This entire blog falls under the heading of, “You can’t make this stuff up.” You want to end a really romantic night with your husband on the worst note possible? Check your email.
So it’s Friday night. I go to the gym at 6 and get home close to 7:30. My husband has a beautiful meal for me on the table. We have a fantastic date night at home, complete with two episodes of Dexter in bed, and by 10 o’clock we’re falling asleep (because we’re old now). I roll over to turn my phone off and check any last minute emails. And this is what is in my inbox:
Hi, you don’t know me, but I have two sons with a condition called craniosynostosis. It’s a cranial defect where plates in the skull prematurely fuse. Anyway, I was discussing my son’s condition with several of my friends, and one (who asked to please remain anonymous because she was worried it could possibly offend you) said she thought your son might have the same thing. I’m emailing you because it’s a fairly rare disorder, and is commonly overlooked by pediatricians. It is something that should be taken seriously though. The fused skull can cause points of pressure on the brain which in turn can cause delays. My oldest son with the condition is almost five now, and doesn’t talk (the doctors aren’t sure if it’s related or not in my case, but I think it is). Anyway, I hope you aren’t offended. I’m writing you only out of concern, and my own experience. I didn’t get a diagnosis until my son was almost 3, and that missed diagnosis was a real set back. I wish I would have had someone looking out for me. Best of luck with everything. If you have any questions, please feel free to contact me. I can send you pictures of my son for comparison if you’d like.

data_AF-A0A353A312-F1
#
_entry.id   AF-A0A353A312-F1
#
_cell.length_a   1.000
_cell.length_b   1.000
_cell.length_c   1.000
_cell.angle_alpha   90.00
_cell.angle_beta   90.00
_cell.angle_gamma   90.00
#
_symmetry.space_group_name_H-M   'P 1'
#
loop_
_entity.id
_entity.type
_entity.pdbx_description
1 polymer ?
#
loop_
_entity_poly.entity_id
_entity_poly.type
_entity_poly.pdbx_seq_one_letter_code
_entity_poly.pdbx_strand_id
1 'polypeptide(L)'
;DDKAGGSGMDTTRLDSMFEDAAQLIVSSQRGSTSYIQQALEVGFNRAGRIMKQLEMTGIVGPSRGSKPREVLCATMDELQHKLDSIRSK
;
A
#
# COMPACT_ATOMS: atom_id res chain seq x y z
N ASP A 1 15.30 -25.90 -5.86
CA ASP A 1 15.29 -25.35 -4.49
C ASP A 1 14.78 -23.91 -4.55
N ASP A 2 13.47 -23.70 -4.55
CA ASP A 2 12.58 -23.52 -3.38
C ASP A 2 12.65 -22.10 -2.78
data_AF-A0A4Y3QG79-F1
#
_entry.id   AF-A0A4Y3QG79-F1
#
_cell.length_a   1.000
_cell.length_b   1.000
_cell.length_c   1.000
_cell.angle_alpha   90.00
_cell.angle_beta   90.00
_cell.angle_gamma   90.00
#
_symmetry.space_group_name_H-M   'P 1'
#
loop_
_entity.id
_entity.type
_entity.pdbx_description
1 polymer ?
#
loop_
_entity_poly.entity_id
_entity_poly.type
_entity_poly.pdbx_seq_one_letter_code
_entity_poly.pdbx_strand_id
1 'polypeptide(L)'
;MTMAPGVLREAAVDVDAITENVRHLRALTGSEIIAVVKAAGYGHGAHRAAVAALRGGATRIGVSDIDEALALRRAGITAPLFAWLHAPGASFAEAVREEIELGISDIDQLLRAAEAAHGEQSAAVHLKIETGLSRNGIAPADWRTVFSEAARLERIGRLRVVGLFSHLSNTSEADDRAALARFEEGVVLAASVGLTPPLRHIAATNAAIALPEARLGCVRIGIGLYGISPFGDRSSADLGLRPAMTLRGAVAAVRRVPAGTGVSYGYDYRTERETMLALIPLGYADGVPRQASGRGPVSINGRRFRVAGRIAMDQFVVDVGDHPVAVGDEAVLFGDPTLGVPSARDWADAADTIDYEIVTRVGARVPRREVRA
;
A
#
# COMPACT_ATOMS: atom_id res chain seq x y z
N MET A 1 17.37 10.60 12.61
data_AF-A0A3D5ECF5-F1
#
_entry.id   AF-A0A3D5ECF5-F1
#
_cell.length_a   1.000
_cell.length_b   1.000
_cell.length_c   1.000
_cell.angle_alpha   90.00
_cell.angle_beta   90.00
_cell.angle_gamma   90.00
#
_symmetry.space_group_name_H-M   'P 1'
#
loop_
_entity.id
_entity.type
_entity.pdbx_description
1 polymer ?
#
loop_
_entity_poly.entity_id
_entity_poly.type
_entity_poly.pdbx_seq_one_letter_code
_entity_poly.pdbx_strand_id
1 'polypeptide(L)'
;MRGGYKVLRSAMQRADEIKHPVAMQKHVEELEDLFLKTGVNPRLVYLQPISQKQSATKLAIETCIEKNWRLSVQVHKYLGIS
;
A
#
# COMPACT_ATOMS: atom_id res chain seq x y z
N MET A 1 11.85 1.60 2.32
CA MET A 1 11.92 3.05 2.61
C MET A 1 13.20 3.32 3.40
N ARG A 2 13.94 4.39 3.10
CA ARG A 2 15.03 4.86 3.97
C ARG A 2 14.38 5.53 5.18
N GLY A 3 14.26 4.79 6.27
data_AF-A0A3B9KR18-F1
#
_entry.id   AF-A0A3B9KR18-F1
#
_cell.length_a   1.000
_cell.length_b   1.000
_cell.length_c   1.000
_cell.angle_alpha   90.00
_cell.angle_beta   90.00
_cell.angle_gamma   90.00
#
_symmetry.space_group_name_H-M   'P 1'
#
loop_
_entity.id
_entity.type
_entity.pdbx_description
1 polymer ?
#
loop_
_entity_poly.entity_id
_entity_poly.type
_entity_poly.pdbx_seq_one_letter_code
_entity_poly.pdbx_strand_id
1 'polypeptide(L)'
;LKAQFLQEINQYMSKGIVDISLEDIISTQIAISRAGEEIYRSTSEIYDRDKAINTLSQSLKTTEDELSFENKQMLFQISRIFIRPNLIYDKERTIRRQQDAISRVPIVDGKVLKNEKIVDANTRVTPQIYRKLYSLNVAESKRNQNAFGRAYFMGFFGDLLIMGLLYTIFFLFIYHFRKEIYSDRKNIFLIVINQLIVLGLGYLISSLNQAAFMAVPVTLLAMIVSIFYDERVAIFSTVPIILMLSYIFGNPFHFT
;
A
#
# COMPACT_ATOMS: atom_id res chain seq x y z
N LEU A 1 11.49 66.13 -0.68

Name (because I’m not going to be a douche-bag and publish her name)
So first I had a panic attack, silently. Then I read the email to my husband. Then we both had panic attacks, out loud. Then we stared at our son on his monitor. Then I went upstairs and woke Abe up and gave him a bottle and felt his head for 15 minutes. Then I wrote her back:
Who is this?
I wanted to write, “Who the ‘f’ is this?” but I refrained. Because seriously, who the hell is this? Who writes a mom at 10:00 at night to tell her that her child has something wrong with his head according to her friend who shall remain nameless so as not to OFFEND me. I took a few deep breaths. Then I decided this was all a joke or some spam so I entered craniosynostosis into Snopes. I prayed and prayed for hundreds of angry mothers posting their spam emails about babies with misshapen heads, but alas. Zero results. I started getting teary-eyed. What if something is wrong with my baby?
My husband began to reason it out. It can’t be real, no mom would ever do that to another mom. It can’t be real, who sends this kind of sensitive information in an email? It can’t be real, who sends this kind of sensitive information in an email from their iPhone?
My phone dinged. She wrote back.
My friend asked me not to give you my last name so you couldn’t find me on Facebook, but I only have good intentions. You should just google it and see what you think. I won’t be offended at all if you think I’m misguided and speaking out of place. I am doing this because I wish someone had done it for me.
THIS WOMAN CLEARLY DOES NOT KNOW THE “NEVER GOOGLE ANYTHING MEDICAL” RULE. She has not read myblog, NOT EVEN ONCE.